What a Difference a Month Makes: Average of New COVID Cases Increases 15-Fold Since July 6

When the month of July began, the COVID pandemic looked like it was well on its way to shrinking to controllable numbers. People across Alabama and the nation celebrated the Fourth of July holiday much as they had before the virus, crowding beaches and other vacation hotspots without wearing face masks.

And the Alabama Department of Public Health cut back its daily reporting of pandemic data to three times a week — despite the threat of the Delta variant looming on the horizon.

As July draws to a close, the picture of the pandemic has changed completely. The Delta variant has spread in full force, and the numbers of new cases and hospitalizations have skyrocketed.

In the Birmingham Watch periodic analysis of current COVID data trends, the 7-day moving average of new cases stands at 1,931.43 per day, including an ADPH report of an additional 2,726 cases on Wednesday. The all-time total of virus infections since the pandemic began last year climbed to 577,463.

That contrasts with the numbers on July 1, when the total stood at 550,983 cases. The 7-day average was 277 cases per day, and five days later it dropped to 121, which was the lowest level since the very early days of the pandemic.

But since that low point three weeks ago, the average has increased by a factor of 15. And the 14-day average, which is designed to smooth out big data moves up or down, is now at 1,521.43 — nine times higher than its July 6 low point.

Likewise, the number of hospitalized COVID patients in Alabama has also risen sharply, increasing by an average of 10% per day for the last week. As of Wednesday afternoon, 1,181 hospital beds were occupied by those actively infected by COVID, up by 98 from the previous day. Since June 20, when hospitalizations had dropped to a year-to-date low of 166, the statewide total is now more than seven times higher, and it’s almost doubled in the past seven days alone.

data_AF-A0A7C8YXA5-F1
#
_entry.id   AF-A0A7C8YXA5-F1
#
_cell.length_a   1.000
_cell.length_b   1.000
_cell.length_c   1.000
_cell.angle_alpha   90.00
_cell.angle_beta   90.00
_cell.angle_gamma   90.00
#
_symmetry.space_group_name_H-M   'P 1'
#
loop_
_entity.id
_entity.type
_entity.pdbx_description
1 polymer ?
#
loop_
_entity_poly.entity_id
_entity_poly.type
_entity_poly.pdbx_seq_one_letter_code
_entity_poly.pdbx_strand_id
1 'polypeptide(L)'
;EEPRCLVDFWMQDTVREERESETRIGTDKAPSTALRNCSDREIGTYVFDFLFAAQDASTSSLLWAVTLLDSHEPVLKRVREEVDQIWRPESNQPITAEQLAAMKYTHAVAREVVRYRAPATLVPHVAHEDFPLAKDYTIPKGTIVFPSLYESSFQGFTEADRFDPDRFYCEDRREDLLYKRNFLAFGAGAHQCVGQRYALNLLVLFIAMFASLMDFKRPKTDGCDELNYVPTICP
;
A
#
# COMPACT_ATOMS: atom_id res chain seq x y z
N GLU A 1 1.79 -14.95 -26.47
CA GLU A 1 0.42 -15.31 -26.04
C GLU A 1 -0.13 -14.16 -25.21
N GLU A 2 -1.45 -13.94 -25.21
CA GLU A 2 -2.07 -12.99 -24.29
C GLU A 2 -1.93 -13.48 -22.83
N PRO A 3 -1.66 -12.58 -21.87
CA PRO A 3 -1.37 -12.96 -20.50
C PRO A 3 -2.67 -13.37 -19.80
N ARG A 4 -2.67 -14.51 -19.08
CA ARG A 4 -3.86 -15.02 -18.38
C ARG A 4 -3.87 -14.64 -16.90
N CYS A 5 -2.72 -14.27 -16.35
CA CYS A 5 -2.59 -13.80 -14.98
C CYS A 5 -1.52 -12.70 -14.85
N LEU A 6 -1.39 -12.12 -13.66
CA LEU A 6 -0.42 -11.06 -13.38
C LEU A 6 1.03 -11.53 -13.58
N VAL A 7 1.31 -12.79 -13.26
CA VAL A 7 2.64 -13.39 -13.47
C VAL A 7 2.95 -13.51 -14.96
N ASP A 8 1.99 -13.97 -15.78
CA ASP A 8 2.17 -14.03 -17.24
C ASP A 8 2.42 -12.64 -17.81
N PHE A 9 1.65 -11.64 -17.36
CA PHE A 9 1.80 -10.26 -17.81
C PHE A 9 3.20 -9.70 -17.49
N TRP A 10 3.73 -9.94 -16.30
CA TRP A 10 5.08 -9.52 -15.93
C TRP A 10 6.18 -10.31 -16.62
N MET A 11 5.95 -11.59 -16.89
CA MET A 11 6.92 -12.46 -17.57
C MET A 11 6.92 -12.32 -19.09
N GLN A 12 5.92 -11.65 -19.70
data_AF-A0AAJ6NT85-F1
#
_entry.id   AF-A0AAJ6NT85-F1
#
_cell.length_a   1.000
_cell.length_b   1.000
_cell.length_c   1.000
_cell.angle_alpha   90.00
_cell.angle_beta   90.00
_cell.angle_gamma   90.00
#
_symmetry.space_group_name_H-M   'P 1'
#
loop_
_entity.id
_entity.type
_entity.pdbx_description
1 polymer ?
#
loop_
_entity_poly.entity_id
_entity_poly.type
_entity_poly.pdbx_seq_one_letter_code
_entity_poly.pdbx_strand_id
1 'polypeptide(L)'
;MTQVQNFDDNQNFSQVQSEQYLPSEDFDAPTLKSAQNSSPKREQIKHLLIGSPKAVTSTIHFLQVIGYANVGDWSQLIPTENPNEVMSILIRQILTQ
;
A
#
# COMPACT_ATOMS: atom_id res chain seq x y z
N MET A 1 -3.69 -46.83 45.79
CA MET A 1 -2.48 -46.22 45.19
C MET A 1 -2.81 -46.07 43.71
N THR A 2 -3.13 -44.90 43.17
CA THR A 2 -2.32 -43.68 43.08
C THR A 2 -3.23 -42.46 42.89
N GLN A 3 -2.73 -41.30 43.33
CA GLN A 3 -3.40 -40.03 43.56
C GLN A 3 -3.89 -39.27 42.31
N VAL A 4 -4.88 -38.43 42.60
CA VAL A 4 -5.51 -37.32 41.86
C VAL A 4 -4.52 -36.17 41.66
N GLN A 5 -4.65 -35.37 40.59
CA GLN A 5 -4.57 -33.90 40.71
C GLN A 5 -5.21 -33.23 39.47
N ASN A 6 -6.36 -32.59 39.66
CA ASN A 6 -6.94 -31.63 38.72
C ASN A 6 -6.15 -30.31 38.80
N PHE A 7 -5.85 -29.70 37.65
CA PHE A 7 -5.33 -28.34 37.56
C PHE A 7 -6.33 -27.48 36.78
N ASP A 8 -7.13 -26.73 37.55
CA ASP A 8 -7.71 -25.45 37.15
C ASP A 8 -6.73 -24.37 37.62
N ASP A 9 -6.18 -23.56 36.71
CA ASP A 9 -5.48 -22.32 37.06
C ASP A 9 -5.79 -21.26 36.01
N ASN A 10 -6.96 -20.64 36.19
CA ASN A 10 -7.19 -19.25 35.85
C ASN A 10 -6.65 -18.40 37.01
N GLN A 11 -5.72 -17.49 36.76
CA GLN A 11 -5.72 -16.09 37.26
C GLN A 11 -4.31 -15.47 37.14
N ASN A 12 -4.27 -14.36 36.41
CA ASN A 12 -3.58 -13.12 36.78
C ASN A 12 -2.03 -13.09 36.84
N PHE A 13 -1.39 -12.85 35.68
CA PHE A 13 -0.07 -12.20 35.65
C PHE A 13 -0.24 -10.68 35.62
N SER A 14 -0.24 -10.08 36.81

The sudden rebound of the virus has put health officials back on defense, stepping up the drumbeat even more of their overarching message: vaccinations across the state are still way too low to bring COVID spread to a halt, and too many people are steadfastly refusing to get the shots.

That may be changing for the better for Alabama, if only slightly. The number of vaccinations being administered each day has also doubled in the past three weeks, with the 7-day average moving from 4,421 on July 8 to 9,047 on Monday. The overall percentage of fully vaccinated residents is still lagging, with the state ranked at or near the bottom of most rankings.

Despite the sharp hike in cases and hospitalizations, the number of statewide deaths attributed to COVID still remains relatively low. The ADPH report on Wednesday showed 48 deaths over the past seven days, up from 10 the previous week. Eighteen deaths were reported on Wednesday, the highest daily number in two weeks. Still, fatalities have stayed within a small range for roughly a month, with the 7-day average at 6.86 deaths per day and the 14-day average at 5.07. Health officials expect that number to rise along with the increases in the number of new cases and hospitalizations. Rising death tolls have typically trailed the other two indicators by three to five weeks during this pandemic.

The Delta variant is badly affecting not only Alabama, but nearly every state in the nation. On Tuesday, the Centers for Disease Control and Prevention walked back its previous recommendation on wearing face masks, now saying that everyone — fully vaccinated or not — should wear masks indoors if they are in “high-risk” areas. That criterion currently applies to everywhere in Alabama except Perry County.

Shortly after the CDC announcement, the Birmingham City Schools announced that all students, faculty and staff would be required to wear face masks when they return to school next week. So far, the system is the only one in the metro area to announce this restriction.

Some cities, counties and large employers are also reverting to face mask requirements. President Joe Biden is apparently ready to go a step further soon, as NBC News reports that he will soon announce requirements that federal workers must be vaccinated or face stringent testing procedures.

For now, Gov. Kay Ivey has not put mask mandates back in place. Her previous restrictions were lifted in April.